This is kind of cheating because Patrick Joyner, a 3-star weakside defensive end, already has begun transitioning to linebacker. The senior from South Dade High School in Homestead, Fla., spent his December official visit in the linebackers room with Diaz.

The 6-foot-3, 209-pound Joyner thrived at both defensive end and outside linebacker in high school. He recorded 16 sacks for South Dade while gathering 91 total tackles as a gap plugger. His frame means he could grow into a number of different roles.

Miami has quite a few other prospects who could make relatively small moves like Joyner’s. Gregory Rousseau, a 3-star weakside defensive end, could reasonably wind up at linebacker after spending his high school career primarily at safety. Cleveland Reed, a 4-star guard, has experience at center and may make the move out of roster necessity. Both Blades and fellow 4-star cornerback Gilbert Frierson could easily wind up at safety thanks to their sheer athletic ability.

Honorable mentions: Blades, Frierson, Reed, Rousseau

Most likely to improve while in college: Gregory Rousseau

Speaking of Rousseau, his relative inexperience at defensive end makes him ripe for improvement. The 6-foot-7, 235-pound defensive lineman had one of the strangest high school careers imaginable. Rousseau spent most of his career at free safety and wide receiver, where he earned all-state honors. The he more frequently played in the box as a senior at Champagnat Catholic School in Hialeah, Fla.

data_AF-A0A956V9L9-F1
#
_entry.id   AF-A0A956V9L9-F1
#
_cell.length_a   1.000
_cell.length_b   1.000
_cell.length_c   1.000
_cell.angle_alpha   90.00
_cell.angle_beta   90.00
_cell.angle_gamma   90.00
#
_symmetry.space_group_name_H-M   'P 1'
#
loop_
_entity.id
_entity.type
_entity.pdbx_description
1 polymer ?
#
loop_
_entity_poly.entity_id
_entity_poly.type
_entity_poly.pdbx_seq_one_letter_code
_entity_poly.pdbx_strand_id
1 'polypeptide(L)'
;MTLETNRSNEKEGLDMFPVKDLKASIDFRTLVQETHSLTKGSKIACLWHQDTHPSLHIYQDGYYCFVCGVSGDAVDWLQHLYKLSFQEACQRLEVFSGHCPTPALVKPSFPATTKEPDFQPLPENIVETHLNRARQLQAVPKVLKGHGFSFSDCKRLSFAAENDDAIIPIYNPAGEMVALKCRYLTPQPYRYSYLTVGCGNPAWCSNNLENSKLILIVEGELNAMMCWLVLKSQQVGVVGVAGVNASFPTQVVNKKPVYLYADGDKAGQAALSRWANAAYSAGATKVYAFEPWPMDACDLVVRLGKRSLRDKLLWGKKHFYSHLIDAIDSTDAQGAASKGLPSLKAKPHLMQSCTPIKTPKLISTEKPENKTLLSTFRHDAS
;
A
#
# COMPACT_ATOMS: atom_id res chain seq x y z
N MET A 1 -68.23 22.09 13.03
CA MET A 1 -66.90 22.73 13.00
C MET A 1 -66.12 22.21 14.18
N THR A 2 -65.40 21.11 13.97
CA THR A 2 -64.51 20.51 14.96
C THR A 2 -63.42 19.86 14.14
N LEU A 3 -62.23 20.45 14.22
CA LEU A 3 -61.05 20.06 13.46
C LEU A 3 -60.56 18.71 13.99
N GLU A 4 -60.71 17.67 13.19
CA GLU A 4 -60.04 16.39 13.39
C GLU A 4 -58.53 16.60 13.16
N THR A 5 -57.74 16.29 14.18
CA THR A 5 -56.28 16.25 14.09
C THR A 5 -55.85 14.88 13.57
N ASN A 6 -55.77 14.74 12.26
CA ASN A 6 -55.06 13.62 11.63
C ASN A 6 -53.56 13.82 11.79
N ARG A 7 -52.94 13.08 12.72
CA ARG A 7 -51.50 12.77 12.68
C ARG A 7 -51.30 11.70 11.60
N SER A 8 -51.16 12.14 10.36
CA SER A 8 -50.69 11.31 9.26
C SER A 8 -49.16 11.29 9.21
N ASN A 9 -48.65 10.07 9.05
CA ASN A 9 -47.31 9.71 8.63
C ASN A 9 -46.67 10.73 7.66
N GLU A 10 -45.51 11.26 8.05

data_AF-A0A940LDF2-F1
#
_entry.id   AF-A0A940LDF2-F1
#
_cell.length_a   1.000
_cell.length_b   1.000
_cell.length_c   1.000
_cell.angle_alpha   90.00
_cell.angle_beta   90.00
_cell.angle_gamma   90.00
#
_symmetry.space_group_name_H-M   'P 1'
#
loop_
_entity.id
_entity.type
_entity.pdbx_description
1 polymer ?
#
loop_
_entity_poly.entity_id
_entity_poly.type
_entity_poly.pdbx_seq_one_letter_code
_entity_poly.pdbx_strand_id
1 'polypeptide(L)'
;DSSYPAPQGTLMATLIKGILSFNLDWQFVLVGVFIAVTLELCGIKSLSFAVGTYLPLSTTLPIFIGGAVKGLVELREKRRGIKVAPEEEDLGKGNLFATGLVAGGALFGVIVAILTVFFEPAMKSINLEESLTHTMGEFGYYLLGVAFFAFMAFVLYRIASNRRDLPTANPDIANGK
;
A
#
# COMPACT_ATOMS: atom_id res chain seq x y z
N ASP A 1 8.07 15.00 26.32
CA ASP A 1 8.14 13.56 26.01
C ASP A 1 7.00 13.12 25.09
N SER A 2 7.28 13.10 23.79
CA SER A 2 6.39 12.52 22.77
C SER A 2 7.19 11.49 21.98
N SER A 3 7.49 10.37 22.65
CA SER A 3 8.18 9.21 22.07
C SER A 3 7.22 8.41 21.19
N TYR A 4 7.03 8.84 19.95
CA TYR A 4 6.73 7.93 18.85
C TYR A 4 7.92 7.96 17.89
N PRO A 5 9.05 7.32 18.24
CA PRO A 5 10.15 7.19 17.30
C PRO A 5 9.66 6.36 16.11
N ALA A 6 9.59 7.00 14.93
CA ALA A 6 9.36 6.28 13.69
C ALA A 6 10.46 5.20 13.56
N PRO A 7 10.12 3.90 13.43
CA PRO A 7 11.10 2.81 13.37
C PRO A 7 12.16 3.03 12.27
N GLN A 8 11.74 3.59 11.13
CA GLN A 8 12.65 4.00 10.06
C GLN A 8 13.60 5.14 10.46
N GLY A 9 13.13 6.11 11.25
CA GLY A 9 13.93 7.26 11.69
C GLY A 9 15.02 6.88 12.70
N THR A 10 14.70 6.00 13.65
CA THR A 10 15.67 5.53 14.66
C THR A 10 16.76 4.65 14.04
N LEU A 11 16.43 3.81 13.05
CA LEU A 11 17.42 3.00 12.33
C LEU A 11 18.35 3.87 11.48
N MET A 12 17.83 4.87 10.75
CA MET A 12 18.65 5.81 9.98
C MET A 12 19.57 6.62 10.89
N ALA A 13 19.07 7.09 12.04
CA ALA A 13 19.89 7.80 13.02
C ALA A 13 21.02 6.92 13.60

Rousseau’s unique skill set made for a unique stat line — 84 tackles, 13 1/2 tackles for a loss, 10 1/2 sacks and a forced fumble. He also grabbed 5 catches for 43 yards and 3 touchdowns.

Coach Mark Richt says Rousseau has already packed on about 20 pounds. As an early enrollee, he will be able to get a quick start with the Hurricanes. The way Richt is raving about Rousseau, it sounds like the defensive end could be a surprising factor in the lineup sooner rather than later.

Honorable mentions: Blades, Daquris Wiggins, Jordan Miller, Nigel Bethel

Most likely to be labeled a freak: Gilbert Frierson

Miami’s incoming group of defensive backs is loaded with physical specimens and Frierson is probably the best example. The 6-foot-1, 180-pound cornerback from Coral Gables Senior High School thrived as a safety, has the flexibility to play cornerback and was one of the best return specialists in Florida as a senior. The 4-star prospect will only get more physically impressive this spring as he’s already enrolled, as well.

Frierson has insisted he’s a safety in the past, but the Hurricanes are particularly needy at cornerback right now, which means the defensive back will probably stick out on the edge for now. This is where his physical ability can stand out most. He’s a monster hitter and if he bulks up even more he might wind up looking like a linebacker playing corner.

Four-star cornerback Josh Jobe could have taken this honor — had he stuck with Miami. Frierson could be every bit the physical specimen to match the Alabama signee.

Honorable mentions: Lingard, Gurvan Hall, Mallory, Rousseau

Miss a previous edition? Find every post of DieHards’ daily Miami recruiting notebook right here.